Past performance is not a guide to future performance. Do remember that the value of an investment and the income generated from them can fall as well as rise and is not guaranteed, therefore, you may not get back the amount originally invested and potentially risk total loss of capital. The majority of the Liontrust Sustainable Future Funds have holdings which are denominated in currencies other than Sterling and may be affected by movements in exchange rates. Some of these funds invest in emerging markets which may involve a higher element of risk due to less well regulated markets and political and economic instability. Consequently the value of an investment may rise or fall in line with the exchange rates. Liontrust UK Ethical Fund, Liontrust SF European Growth Fund and Liontrust SF UK Growth Fund invest geographically in a narrow range and has a concentrated portfolio of securities, there is an increased risk of volatility which may result in frequent rises and falls in the Fund’s share price. Liontrust SF Managed Fund, Liontrust SF Corporate Bond Fund, Liontrust SF Cautious Managed Fund, Liontrust SF Defensive Managed Fund and Liontrust Monthly Income Bond Fund invest in bonds and other fixed-interest securities - fluctuations in interest rates are likely to affect the value of these financial instruments. If long-term interest rates rise, the value of your shares is likely to fall. If you need to access your money quickly it is possible that, in difficult market conditions, it could be hard to sell holdings in corporate bond funds. This is because there is low trading activity in the markets for many of the bonds held by these funds. Mentioned above five funds can also invest in derivatives. Derivatives are used to protect against currencies, credit and interests rates move or for investment purposes. There is a risk that losses could be made on derivative positions or that the counterparties could fail to complete on transactions.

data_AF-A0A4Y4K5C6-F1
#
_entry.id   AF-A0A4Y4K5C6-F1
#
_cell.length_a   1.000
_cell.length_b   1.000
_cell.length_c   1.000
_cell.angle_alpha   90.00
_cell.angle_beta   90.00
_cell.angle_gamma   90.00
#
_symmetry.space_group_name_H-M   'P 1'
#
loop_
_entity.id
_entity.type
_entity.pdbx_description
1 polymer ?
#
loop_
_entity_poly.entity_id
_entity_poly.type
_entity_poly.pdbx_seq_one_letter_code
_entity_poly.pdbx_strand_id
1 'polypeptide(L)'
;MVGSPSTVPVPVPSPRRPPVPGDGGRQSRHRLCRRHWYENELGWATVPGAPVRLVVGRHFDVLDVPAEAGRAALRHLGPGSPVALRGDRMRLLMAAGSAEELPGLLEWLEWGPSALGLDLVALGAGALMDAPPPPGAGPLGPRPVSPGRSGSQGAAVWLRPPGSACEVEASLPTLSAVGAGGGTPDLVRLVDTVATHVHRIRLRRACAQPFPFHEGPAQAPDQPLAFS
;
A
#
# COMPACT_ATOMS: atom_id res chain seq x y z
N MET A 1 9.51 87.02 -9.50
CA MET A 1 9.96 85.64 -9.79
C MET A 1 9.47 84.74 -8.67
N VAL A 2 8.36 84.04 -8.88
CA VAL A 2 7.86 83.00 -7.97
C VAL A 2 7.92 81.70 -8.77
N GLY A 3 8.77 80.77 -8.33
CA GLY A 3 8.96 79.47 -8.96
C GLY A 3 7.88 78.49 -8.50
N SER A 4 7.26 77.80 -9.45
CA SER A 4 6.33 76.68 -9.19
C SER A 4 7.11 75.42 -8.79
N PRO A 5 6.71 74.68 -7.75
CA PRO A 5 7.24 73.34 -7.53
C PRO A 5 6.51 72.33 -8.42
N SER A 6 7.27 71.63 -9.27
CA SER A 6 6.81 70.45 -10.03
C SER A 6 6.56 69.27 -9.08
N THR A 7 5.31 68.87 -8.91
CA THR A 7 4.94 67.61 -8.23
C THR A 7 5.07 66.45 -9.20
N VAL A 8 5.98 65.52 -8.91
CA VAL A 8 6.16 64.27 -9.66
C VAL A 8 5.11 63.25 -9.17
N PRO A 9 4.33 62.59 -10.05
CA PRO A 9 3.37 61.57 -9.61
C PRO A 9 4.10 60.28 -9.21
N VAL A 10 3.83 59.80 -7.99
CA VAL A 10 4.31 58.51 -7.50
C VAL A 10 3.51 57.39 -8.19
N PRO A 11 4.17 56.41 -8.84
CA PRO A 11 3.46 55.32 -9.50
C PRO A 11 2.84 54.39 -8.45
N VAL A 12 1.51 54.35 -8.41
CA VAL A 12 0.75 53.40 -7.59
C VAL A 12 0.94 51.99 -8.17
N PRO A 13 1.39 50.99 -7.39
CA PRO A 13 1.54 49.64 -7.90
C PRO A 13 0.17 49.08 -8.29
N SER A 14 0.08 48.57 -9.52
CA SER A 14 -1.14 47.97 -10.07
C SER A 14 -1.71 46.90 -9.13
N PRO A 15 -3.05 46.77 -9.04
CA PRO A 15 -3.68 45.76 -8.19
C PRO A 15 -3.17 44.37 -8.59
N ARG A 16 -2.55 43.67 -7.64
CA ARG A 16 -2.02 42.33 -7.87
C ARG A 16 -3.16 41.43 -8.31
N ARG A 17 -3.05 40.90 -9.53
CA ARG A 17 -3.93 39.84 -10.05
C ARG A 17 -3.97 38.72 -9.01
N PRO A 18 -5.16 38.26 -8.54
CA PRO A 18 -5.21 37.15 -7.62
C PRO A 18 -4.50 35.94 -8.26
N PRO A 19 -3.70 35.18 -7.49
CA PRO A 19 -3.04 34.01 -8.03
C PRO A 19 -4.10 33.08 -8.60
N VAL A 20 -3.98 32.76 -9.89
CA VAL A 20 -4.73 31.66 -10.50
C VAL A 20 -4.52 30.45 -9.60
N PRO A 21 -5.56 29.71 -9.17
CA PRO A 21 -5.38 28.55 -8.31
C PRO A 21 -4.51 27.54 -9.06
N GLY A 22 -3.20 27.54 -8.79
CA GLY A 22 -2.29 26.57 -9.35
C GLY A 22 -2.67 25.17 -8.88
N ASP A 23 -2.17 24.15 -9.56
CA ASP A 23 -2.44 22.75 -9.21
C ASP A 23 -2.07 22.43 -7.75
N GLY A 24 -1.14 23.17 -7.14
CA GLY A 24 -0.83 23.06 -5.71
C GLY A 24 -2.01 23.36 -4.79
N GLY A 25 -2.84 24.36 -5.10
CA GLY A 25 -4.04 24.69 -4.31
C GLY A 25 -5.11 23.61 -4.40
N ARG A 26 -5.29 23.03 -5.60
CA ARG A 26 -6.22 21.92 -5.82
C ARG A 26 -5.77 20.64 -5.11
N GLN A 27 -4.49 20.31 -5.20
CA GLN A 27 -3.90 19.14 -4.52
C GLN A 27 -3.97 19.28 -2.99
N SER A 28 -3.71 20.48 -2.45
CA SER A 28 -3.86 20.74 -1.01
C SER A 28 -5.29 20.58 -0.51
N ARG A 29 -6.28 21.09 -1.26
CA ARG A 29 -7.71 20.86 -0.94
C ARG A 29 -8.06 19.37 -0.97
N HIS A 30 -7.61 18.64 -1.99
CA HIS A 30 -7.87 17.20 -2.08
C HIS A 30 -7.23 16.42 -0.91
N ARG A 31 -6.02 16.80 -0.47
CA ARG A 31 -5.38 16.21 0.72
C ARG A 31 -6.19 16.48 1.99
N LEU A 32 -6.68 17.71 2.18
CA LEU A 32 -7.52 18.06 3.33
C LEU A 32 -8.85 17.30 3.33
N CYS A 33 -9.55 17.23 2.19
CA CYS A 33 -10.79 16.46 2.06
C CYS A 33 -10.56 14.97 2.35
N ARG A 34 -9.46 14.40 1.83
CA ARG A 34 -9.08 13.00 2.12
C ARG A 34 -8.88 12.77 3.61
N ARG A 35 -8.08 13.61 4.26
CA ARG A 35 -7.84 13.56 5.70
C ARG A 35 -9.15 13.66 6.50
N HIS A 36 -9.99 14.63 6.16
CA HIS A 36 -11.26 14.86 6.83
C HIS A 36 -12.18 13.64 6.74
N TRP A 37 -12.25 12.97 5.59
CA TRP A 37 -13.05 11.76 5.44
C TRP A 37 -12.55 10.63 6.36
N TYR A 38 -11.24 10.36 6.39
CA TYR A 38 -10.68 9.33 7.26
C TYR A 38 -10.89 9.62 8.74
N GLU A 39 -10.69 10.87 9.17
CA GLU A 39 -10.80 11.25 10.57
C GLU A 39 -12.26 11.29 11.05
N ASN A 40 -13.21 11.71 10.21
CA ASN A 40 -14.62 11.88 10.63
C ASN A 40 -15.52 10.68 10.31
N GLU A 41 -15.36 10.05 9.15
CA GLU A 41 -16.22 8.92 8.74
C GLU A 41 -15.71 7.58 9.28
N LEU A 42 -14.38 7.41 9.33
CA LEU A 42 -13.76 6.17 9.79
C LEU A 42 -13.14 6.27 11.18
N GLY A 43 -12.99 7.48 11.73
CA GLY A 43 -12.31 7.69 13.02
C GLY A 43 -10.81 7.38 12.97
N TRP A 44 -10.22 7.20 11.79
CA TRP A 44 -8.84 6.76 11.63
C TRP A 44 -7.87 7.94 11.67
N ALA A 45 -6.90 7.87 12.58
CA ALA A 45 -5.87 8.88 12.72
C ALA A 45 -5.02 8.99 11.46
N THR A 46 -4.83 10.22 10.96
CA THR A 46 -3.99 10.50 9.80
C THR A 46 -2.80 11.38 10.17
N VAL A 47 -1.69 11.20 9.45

The information and opinions provided should not be construed as advice for investment in any product or security mentioned, an offer to buy or sell units/shares of Funds mentioned, or a solicitation to purchase securities in any company or investment product. Always research your own investments and (if you are not a professional or a financial adviser) consult suitability with a regulated financial adviser before investing.

Thursday, May 2, 2019, 12:02 PM